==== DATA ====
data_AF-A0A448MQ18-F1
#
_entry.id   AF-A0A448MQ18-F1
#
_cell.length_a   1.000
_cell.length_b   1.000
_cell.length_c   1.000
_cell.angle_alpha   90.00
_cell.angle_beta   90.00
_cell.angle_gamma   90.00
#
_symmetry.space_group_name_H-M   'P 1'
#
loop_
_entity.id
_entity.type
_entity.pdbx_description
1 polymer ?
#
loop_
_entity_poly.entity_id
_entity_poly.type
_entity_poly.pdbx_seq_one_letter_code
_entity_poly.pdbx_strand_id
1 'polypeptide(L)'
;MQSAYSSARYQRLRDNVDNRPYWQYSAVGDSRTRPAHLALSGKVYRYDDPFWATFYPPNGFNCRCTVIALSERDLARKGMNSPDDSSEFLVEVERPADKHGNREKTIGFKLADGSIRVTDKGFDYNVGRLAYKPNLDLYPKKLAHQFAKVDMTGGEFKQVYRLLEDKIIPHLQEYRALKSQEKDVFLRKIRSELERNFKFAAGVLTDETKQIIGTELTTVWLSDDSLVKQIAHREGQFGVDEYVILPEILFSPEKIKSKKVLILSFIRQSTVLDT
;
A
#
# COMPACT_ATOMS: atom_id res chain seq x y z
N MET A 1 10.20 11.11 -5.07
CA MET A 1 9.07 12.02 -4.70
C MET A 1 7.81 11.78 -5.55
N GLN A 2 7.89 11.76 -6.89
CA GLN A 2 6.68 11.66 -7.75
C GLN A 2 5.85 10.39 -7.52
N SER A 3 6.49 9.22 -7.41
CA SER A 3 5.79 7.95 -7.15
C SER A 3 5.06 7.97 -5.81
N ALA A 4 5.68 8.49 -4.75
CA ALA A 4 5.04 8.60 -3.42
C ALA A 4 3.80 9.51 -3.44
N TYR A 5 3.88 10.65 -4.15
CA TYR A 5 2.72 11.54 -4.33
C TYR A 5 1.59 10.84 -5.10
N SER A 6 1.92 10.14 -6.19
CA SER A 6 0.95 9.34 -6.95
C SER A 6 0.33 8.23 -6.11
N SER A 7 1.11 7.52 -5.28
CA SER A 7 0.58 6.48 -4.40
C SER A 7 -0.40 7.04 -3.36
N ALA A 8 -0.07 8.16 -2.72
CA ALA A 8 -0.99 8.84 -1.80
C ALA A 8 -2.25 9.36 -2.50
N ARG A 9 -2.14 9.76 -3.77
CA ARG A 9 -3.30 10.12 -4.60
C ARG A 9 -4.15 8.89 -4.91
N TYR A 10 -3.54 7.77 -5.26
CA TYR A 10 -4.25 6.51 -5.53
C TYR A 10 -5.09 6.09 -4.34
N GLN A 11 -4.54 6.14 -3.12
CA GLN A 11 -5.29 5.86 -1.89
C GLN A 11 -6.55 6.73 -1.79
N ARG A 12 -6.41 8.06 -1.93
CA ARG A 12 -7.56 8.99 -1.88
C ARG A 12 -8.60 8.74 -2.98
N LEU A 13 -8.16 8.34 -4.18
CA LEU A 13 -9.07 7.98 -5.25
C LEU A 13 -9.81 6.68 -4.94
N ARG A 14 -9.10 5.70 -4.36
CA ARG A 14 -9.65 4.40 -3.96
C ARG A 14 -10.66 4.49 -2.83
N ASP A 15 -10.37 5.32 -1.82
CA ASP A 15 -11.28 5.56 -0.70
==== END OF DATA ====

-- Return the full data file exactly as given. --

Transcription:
data_AF-A0A448MQ18-F1
#
_entry.id   AF-A0A448MQ18-F1
#
_cell.length_a   1.000
_cell.length_b   1.000
_cell.length_c   1.000
_cell.angle_alpha   90.00
_cell.angle_beta   90.00
_cell.angle_gamma   90.00
#
_symmetry.space_group_name_H-M   'P 1'
#
loop_
_entity.id
_entity.type
_entity.pdbx_description
1 polymer ?
#
loop_
_entity_poly.entity_id
_entity_poly.type
_entity_poly.pdbx_seq_one_letter_code
_entity_poly.pdbx_strand_id
1 'polypeptide(L)'
;MQSAYSSARYQRLRDNVDNRPYWQYSAVGDSRTRPAHLALSGKVYRYDDPFWATFYPPNGFNCRCTVIALSERDLARKGMNSPDDSSEFLVEVERPADKHGNREKTIGFKLADGSIRVTDKGFDYNVGRLAYKPNLDLYPKKLAHQFAKVDMTGGEFKQVYRLLEDKIIPHLQEYRALKSQEKDVFLRKIRSELERNFKFAAGVLTDETKQIIGTELTTVWLSDDSLVKQIAHREGQFGVDEYVILPEILFSPEKIKSKKVLILSFIRQSTVLDT
;
A
#
# COMPACT_ATOMS: atom_id res chain seq x y z
N MET A 1 10.20 11.11 -5.07
CA MET A 1 9.07 12.02 -4.70
C MET A 1 7.81 11.78 -5.55
N GLN A 2 7.89 11.76 -6.89
CA GLN A 2 6.68 11.66 -7.75
C GLN A 2 5.85 10.39 -7.52
N SER A 3 6.49 9.22 -7.41
CA SER A 3 5.79 7.95 -7.15
C SER A 3 5.06 7.97 -5.81
N ALA A 4 5.68 8.49 -4.75
CA ALA A 4 5.04 8.60 -3.42
C ALA A 4 3.80 9.51 -3.44
N TYR A 5 3.88 10.65 -4.15
CA TYR A 5 2.72 11.54 -4.33
C TYR A 5 1.59 10.84 -5.10
N SER A 6 1.92 10.14 -6.19
CA SER A 6 0.95 9.34 -6.95
C SER A 6 0.33 8.23 -6.11
N SER A 7 1.11 7.52 -5.28
CA SER A 7 0.58 6.48 -4.40
C SER A 7 -0.40 7.04 -3.36
N ALA A 8 -0.07 8.16 -2.72
CA ALA A 8 -0.99 8.84 -1.80
C ALA A 8 -2.25 9.36 -2.50
N ARG A 9 -2.14 9.76 -3.77
CA ARG A 9 -3.30 10.12 -4.60
C ARG A 9 -4.15 8.89 -4.91
N TYR A 10 -3.54 7.77 -5.26
CA TYR A 10 -4.25 6.51 -5.53
C TYR A 10 -5.09 6.09 -4.34
N GLN A 11 -4.54 6.14 -3.12
CA GLN A 11 -5.29 5.86 -1.89
C GLN A 11 -6.55 6.73 -1.79
N ARG A 12 -6.41 8.06 -1.93
CA ARG A 12 -7.56 8.99 -1.88
C ARG A 12 -8.60 8.74 -2.98
N LEU A 13 -8.16 8.34 -4.18
CA LEU A 13 -9.07 7.98 -5.25
C LEU A 13 -9.81 6.68 -4.94
N ARG A 14 -9.10 5.70 -4.36
CA ARG A 14 -9.65 4.40 -3.96
C ARG A 14 -10.66 4.49 -2.83
N ASP A 15 -10.37 5.32 -1.82
CA ASP A 15 -11.28 5.56 -0.70